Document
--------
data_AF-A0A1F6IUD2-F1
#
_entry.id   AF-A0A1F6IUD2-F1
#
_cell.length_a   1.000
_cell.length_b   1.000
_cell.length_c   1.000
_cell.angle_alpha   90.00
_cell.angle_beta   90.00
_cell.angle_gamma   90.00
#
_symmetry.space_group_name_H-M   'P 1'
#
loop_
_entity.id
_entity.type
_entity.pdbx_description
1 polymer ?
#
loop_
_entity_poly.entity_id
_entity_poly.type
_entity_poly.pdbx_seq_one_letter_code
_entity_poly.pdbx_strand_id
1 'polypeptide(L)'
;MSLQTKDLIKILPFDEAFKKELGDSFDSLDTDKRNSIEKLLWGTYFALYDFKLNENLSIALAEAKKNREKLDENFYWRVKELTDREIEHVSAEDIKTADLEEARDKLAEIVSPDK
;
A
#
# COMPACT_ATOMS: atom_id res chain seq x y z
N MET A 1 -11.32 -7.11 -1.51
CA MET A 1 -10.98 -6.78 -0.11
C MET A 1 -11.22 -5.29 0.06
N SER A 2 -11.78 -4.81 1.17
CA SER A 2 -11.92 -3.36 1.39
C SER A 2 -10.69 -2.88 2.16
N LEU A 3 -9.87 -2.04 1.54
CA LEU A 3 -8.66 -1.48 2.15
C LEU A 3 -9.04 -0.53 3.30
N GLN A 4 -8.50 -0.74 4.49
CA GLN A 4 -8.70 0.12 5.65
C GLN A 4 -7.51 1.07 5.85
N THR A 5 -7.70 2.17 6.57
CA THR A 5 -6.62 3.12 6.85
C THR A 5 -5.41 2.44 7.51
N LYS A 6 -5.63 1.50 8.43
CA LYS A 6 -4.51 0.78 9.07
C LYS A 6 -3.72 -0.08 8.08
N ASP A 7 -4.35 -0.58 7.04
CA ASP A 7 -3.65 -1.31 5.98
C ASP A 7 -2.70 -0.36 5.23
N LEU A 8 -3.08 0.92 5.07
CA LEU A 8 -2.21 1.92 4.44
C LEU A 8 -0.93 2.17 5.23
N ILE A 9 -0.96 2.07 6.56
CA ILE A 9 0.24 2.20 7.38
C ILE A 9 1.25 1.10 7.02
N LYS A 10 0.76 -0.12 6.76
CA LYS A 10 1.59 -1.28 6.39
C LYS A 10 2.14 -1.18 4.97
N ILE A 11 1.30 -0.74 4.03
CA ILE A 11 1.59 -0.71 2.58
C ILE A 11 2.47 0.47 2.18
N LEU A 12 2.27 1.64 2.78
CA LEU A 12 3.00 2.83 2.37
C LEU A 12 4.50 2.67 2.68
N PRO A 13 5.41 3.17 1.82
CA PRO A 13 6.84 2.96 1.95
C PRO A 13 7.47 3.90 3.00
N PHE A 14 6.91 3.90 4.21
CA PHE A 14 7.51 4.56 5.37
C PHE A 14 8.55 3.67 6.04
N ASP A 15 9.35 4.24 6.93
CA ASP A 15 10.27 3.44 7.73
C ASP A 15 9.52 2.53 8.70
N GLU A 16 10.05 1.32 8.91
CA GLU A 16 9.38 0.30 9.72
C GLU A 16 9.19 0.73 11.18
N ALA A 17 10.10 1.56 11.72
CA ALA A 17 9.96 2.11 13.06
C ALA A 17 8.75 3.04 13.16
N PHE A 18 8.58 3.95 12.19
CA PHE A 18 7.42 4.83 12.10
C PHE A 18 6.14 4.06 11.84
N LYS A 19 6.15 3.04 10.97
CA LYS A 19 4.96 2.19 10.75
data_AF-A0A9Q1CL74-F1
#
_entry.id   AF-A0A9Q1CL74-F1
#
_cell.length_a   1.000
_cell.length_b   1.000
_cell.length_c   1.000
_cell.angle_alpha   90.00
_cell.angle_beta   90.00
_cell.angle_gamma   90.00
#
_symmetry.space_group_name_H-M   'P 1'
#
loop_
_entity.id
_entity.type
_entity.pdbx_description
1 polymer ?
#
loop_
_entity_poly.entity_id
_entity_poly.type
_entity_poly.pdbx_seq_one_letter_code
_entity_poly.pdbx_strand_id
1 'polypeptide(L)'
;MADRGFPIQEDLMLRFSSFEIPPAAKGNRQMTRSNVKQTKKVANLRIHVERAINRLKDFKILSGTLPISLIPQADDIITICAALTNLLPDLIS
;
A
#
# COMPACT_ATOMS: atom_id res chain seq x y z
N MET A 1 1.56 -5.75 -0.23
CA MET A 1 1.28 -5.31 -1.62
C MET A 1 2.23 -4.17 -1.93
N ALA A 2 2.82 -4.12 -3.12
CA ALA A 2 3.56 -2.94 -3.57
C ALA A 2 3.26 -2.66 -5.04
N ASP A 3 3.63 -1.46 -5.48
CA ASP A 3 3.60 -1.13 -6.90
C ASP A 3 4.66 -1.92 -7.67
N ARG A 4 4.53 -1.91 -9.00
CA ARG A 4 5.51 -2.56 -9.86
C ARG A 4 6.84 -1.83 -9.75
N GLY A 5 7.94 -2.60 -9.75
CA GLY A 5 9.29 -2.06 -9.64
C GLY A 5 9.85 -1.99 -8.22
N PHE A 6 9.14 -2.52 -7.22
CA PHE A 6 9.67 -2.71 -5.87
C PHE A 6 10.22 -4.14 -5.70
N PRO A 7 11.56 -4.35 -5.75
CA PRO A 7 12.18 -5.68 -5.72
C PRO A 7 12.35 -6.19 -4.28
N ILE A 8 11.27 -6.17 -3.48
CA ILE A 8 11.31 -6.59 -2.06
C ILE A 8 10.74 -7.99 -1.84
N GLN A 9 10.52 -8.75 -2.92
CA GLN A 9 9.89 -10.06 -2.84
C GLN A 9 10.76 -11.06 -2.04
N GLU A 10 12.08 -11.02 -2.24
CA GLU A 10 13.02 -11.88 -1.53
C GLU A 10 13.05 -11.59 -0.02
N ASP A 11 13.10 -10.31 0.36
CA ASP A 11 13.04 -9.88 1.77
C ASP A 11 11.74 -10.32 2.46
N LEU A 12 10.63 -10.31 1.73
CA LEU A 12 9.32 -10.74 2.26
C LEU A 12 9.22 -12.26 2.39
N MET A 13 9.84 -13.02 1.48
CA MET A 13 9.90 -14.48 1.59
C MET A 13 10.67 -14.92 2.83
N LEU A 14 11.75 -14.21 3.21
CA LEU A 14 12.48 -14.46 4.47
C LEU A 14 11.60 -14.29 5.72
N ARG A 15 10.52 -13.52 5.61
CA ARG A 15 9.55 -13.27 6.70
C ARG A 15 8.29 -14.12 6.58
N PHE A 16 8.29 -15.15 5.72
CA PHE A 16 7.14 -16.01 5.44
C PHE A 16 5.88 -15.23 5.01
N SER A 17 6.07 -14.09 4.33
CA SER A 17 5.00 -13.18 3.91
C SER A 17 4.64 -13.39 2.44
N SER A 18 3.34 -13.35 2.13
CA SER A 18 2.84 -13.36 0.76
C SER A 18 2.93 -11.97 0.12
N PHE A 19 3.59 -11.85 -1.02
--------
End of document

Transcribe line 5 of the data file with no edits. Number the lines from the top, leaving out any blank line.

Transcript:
_cell.length_a   1.000